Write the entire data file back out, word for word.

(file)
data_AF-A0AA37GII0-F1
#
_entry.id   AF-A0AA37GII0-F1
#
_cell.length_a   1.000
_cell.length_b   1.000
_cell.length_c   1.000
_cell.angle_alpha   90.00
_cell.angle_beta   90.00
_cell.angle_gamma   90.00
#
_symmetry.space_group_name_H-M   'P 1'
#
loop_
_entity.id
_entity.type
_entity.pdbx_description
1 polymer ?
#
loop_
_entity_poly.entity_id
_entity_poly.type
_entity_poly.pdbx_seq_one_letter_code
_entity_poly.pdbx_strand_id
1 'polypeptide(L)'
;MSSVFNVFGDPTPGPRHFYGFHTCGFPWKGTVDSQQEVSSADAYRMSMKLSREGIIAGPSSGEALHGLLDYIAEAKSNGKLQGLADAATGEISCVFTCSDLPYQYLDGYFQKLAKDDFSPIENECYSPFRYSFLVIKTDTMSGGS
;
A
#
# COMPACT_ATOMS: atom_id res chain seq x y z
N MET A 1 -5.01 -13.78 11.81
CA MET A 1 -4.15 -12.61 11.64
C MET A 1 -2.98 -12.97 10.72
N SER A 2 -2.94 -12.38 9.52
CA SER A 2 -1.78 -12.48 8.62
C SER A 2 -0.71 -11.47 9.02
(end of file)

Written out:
data_AF-A0AA37GII0-F1
#
_entry.id   AF-A0AA37GII0-F1
#
_cell.length_a   1.000
_cell.length_b   1.000
_cell.length_c   1.000
_cell.angle_alpha   90.00
_cell.angle_beta   90.00
_cell.angle_gamma   90.00
#
_symmetry.space_group_name_H-M   'P 1'
#
loop_
_entity.id
_entity.type
_entity.pdbx_description
1 polymer ?
#
loop_
_entity_poly.entity_id
_entity_poly.type
_entity_poly.pdbx_seq_one_letter_code
_entity_poly.pdbx_strand_id
1 'polypeptide(L)'
;MSSVFNVFGDPTPGPRHFYGFHTCGFPWKGTVDSQQEVSSADAYRMSMKLSREGIIAGPSSGEALHGLLDYIAEAKSNGKLQGLADAATGEISCVFTCSDLPYQYLDGYFQKLAKDDFSPIENECYSPFRYSFLVIKTDTMSGGS
;
A
#
# COMPACT_ATOMS: atom_id res chain seq x y z
N MET A 1 -5.01 -13.78 11.81
CA MET A 1 -4.15 -12.61 11.64
C MET A 1 -2.98 -12.97 10.72
N SER A 2 -2.94 -12.38 9.52
CA SER A 2 -1.78 -12.48 8.62
C SER A 2 -0.71 -11.47 9.02